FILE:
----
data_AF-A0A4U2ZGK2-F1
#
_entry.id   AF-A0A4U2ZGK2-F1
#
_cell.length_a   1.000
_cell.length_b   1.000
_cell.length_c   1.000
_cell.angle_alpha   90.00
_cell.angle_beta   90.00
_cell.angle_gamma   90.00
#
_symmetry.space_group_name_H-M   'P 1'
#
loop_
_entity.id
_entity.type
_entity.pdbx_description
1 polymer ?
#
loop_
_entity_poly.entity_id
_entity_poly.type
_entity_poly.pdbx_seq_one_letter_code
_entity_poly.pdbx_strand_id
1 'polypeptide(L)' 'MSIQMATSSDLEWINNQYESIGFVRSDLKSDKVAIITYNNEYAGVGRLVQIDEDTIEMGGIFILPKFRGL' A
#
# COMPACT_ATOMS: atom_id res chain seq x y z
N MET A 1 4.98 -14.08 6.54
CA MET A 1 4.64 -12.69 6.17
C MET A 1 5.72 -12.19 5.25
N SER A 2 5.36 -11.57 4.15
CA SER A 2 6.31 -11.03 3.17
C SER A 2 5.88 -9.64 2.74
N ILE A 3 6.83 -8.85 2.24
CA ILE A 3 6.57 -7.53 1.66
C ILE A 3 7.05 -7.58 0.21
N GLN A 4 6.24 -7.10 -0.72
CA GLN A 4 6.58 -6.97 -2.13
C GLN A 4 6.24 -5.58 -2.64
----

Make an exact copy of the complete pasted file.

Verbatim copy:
data_AF-A0A4U2ZGK2-F1
#
_entry.id   AF-A0A4U2ZGK2-F1
#
_cell.length_a   1.000
_cell.length_b   1.000
_cell.length_c   1.000
_cell.angle_alpha   90.00
_cell.angle_beta   90.00
_cell.angle_gamma   90.00
#
_symmetry.space_group_name_H-M   'P 1'
#
loop_
_entity.id
_entity.type
_entity.pdbx_description
1 polymer ?
#
loop_
_entity_poly.entity_id
_entity_poly.type
_entity_poly.pdbx_seq_one_letter_code
_entity_poly.pdbx_strand_id
1 'polypeptide(L)' 'MSIQMATSSDLEWINNQYESIGFVRSDLKSDKVAIITYNNEYAGVGRLVQIDEDTIEMGGIFILPKFRGL' A
#
# COMPACT_ATOMS: atom_id res chain seq x y z
N MET A 1 4.98 -14.08 6.54
CA MET A 1 4.64 -12.69 6.17
C MET A 1 5.72 -12.19 5.25
N SER A 2 5.36 -11.57 4.15
CA SER A 2 6.31 -11.03 3.17
C SER A 2 5.88 -9.64 2.74
N ILE A 3 6.83 -8.85 2.24
CA ILE A 3 6.57 -7.53 1.66
C ILE A 3 7.05 -7.58 0.21
N GLN A 4 6.24 -7.10 -0.72
CA GLN A 4 6.58 -6.97 -2.13
C GLN A 4 6.24 -5.58 -2.64